First off, my apologies if I posted this in the wrong forum.
I'm just getting started in real estate investing, but plan to focus on small to medium sized multi-family properties.
I have been doing a lot of searching and benchmarking from websites like LoopNet and Zillow, etc. From the basic financials typically provided online, I can run a simple analysis and weed out properties based on current and projected cap rate, GRM, the 1% rule, the 50% rule, cash-on-cash return, etc.
For those with more experience, what is the most important information to get next and the most important questions to ask? I know there are numerous details that all contribute to making or breaking a property and I could probably write a list of hundreds of follow-up questions (rent rolls, recent major repairs / capital improvements, historical vacancy rates, maintenance records, etc) ... I'm hoping to get some help prioritizing what to ask during this "stage 2" of deal analysis.
What advice do you have for follow-up questions when reaching out to real estate agents, after your initial deal analysis and screening?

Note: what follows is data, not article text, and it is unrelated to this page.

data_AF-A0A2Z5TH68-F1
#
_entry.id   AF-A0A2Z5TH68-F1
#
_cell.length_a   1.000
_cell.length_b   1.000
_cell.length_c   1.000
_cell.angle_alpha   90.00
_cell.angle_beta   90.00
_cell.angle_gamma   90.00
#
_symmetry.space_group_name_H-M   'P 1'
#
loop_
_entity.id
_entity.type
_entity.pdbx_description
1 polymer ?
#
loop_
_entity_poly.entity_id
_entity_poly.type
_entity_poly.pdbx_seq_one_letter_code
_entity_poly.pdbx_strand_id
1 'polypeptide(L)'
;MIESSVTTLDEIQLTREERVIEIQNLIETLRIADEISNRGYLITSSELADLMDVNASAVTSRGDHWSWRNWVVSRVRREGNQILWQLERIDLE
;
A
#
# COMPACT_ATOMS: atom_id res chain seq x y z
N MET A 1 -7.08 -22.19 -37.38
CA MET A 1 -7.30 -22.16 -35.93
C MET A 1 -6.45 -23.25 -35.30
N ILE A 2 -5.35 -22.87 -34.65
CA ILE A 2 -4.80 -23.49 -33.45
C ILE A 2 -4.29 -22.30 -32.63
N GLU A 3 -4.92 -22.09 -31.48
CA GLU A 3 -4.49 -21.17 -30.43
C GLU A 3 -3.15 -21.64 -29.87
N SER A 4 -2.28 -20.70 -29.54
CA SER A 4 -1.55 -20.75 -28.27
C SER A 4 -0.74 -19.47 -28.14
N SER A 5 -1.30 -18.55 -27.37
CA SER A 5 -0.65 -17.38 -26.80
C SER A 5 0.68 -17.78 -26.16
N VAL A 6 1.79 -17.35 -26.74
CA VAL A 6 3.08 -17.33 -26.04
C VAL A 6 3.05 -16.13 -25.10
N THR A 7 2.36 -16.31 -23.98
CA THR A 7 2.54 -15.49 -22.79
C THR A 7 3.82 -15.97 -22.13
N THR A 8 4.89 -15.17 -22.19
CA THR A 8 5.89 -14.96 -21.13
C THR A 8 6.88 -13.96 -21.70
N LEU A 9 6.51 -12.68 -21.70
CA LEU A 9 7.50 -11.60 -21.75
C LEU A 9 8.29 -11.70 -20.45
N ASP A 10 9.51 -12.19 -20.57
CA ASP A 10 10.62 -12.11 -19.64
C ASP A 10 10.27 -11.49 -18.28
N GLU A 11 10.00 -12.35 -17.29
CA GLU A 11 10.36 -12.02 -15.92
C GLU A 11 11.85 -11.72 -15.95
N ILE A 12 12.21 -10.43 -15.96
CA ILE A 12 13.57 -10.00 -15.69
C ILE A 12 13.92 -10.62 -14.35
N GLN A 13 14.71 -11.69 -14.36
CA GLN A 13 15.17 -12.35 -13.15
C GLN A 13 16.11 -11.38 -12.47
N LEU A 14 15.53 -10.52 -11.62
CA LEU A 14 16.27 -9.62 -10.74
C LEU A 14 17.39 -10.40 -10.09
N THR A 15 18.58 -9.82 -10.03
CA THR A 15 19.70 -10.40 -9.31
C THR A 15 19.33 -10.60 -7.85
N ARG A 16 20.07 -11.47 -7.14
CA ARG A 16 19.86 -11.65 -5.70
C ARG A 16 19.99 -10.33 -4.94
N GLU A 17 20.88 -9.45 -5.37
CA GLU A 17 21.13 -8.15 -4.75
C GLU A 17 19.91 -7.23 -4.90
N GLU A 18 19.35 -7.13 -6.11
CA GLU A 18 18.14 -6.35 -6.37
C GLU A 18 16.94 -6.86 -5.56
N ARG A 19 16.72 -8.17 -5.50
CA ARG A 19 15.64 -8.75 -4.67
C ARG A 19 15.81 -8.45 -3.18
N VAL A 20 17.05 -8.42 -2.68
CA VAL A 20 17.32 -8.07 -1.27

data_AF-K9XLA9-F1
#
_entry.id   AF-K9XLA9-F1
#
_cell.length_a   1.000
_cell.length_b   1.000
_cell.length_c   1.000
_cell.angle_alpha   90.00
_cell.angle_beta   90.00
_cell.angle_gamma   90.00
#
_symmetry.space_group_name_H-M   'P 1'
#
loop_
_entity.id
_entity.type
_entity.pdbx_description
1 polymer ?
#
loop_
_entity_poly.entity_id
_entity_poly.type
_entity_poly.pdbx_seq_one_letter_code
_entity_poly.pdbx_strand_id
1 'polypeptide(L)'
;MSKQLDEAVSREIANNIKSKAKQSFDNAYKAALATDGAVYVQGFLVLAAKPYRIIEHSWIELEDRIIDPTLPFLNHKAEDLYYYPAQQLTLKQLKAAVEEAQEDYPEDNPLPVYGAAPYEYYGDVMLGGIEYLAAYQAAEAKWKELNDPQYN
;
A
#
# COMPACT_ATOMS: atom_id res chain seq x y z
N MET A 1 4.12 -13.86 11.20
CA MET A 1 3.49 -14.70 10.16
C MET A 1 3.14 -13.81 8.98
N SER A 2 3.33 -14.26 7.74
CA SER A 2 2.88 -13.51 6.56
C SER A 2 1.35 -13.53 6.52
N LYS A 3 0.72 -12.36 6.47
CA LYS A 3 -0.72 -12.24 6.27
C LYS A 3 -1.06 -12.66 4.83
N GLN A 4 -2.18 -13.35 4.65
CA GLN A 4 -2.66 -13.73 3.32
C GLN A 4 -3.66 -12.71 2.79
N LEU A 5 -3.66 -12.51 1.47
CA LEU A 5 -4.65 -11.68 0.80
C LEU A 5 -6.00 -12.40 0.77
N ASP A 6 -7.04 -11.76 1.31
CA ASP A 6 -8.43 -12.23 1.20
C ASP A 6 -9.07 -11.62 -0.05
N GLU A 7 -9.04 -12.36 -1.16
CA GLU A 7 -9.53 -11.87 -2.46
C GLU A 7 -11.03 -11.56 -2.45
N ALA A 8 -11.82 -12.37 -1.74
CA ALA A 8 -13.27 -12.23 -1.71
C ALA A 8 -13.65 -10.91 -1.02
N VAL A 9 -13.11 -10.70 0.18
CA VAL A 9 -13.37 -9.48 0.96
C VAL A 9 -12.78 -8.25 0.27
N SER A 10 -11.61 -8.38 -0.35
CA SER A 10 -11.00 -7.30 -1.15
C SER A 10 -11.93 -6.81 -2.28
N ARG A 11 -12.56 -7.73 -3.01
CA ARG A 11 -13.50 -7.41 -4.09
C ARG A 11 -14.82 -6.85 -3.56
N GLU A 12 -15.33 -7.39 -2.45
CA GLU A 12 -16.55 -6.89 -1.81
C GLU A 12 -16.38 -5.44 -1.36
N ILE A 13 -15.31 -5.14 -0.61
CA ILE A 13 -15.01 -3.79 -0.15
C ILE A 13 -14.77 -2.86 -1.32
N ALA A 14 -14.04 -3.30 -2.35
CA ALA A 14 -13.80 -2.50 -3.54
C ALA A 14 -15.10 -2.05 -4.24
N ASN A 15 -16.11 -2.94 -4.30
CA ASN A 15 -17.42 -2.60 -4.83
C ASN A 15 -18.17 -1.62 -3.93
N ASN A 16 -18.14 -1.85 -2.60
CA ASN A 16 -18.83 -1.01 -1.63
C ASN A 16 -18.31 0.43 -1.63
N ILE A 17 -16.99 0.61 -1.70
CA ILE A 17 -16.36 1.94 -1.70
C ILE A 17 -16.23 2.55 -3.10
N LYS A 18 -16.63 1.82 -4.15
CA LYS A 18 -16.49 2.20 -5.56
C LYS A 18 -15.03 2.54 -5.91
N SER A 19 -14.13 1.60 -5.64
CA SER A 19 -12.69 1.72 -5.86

Thanks a lot!
Hey Matt, great question. I wish it were a simple answer, but I'd would say the biggest thing to look at is A) does it cashflow currently? And if the answer is no, then question B) why not?
Great real estate investors create deals where others cannot. Is there something about this property that could make it an awesome deal, but it maybe needs a bit of a spitshine? A high vacancy is not always a bad thing...you just need to understand WHY the vacancy is high. Maybe its a mom and pop owner and they bought the property for so cheap, they can get by on 30% vacancy and don't want to put in the effort to fill the property all the time.
So I think A & B are the 2 most pertinent questions. Because at the end of the day, if it doesn't cashflow on day 1, and there is a reason that it won't cashflow, then it's not a good deal (in my humble opinion since I invest for cashflow). If you can answer those 2 questions, then proceed with the deal and go through the rest of your DD. Now, sometimes, the answer to A is 'no' and the answer to B is 'I don't know', you may need to continue with your DD and asking more questions. It may be buried somewhere, like in a utility bill that's still being paid by the owners. So sorry for the rant, but it's not as simple as it may seem on the surface.
Best of luck!
@Michael Albaum Thanks for the input! I realize there's not a simple / easy answer that is a one-size fits all solution - but I appreciate your feedback.